Perhaps the tide is turning for lesbian gay, bisexual and transgender (LGBT) people. Late last year, I made a 10-day visit to Poland, invited by the Campaign against Homophobia to give public addresses, interviews and a retreat for Faith and Rainbow, a group of LGBT Catholics.
I also had the opportunity to meet with Catholic opinion leaders like Catholic journalist Cezary Gawryś to get a sense of the state of affairs for Polish LGBT Catholics. Gawryś has been exploring the topic of LGBT people in the church.
Serving for two years as a volunteer counselor, he witnessed their efforts — spiritual, mental and also financial — to change their orientation. “I saw gay people who were not very affluent, taking loans to pay for their therapy,” he resumed. “The feeling of not being accepted by the church separated them from the community. They often isolated themselves from other people and carried on with their lonely struggle.”
Katarzyna Jabłońska, co-author with Gawryś of Challenging Love: Christians and Homosexuality, recounted an experience she had while working at home on the book. Her printer broke, and she asked her next-door neighbor, a good friend she had known for many years, to print it for her. Her friend returned, printout in hand, crying profusely, and told Jabłońska that one of her sons was gay. Although they had known each other for years, the neighbor had never spoken about her gay son until the printer incident.
The relationship between the L.G.B.T. Catholic community and the Catholic Church in the United States has been at times contentious and combative, and at times warm and welcoming. Much of the tension characterizing this complicated relationship results from a lack of communication and, sadly, a good deal of mistrust, between L.G.B.T. Catholics and the hierarchy. What is needed is a bridge between that community and the church.
I invite you to walk with me on that important bridge. To that end, I would like to reflect on both the church’s outreach to the L.G.B.T. community and the L.G.B.T. community’s outreach to the church. Because good bridges take people in both directions.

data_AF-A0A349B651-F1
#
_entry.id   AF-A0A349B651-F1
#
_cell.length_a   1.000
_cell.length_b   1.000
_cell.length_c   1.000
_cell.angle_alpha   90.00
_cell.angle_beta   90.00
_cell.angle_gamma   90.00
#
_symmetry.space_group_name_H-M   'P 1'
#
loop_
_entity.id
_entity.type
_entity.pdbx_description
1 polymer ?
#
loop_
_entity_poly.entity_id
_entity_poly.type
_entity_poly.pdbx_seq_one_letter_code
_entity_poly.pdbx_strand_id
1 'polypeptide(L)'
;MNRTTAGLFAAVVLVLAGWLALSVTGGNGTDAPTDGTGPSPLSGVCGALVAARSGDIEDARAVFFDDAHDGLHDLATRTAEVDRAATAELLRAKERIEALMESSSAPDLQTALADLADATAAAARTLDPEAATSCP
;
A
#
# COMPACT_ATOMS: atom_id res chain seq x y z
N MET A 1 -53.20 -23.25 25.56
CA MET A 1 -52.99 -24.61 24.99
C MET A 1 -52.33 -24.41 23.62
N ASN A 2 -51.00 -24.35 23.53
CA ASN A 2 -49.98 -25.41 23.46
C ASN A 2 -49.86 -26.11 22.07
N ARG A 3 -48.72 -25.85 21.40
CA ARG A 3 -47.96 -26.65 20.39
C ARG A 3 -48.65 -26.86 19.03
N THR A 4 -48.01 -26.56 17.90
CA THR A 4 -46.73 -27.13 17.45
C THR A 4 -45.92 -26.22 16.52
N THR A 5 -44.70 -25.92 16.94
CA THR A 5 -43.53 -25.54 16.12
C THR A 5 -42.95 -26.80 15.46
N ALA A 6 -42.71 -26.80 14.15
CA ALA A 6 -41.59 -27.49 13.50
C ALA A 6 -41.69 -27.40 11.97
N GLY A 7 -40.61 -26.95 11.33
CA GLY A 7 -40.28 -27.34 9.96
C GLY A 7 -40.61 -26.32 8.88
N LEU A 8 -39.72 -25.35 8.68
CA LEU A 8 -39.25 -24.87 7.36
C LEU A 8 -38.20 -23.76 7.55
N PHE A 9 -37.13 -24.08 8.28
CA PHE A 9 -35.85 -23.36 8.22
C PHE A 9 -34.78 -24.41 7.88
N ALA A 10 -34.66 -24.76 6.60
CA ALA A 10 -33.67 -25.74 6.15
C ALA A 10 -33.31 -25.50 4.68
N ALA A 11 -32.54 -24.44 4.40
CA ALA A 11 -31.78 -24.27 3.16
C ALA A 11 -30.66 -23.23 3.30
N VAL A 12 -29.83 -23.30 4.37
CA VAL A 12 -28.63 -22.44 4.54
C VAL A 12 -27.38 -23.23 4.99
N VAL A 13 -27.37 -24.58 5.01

Source: America Magazine
I read a commentary this past weekend about the Anglican Church and marriage equality, and one of the points made has me thinking about why the Roman Catholic hierarchy has been so negative on LGBT issues.
An essay by Alf McCreary in Northern Ireland’s Belfast Telegraph responded to the Church of England General Synod’s recent rejection of a bishops’ report re-affirming marriage is only between a man and a woman. McCreary’s evaluation of the decision is:
“. . . [T]he Church is in a no-win situation. The latest developments in the Church of England , following a three-year process that had attempted to solve this most divisive issue, merely showed how difficult it is, if not impossible, to satisfy both sides.”
McCreary steps back a bit from the Anglican debate to look, somewhat wistfully it seems, at the Roman Catholic situation in regard to marriage equality:
Source: – Bondings 2.0
A fascinating blogpost at L’Espresso by Sandro Magister speculates that an article on women deacons at the authoritative “La Civiltà Cattolica” may have significance for the wider issue of women’s ordination.
For LGBT Catholics, the importance could be even closer to home. Consider these two paragraphs from the full text, in which I have made a simple change to just a few words – replacing “woman” and “women’s ordination” wherever it occurs, with “LGBT Catholics”.
Latest From Santa Marta. Open Doors For Women Priests – Settimo Cielo – Blog – L’Espresso
Moreover, another theologian adds, the “consensus fidelium” of many centuries has been called into question in the 20th century above all on account of the profound sociocultural changes concerning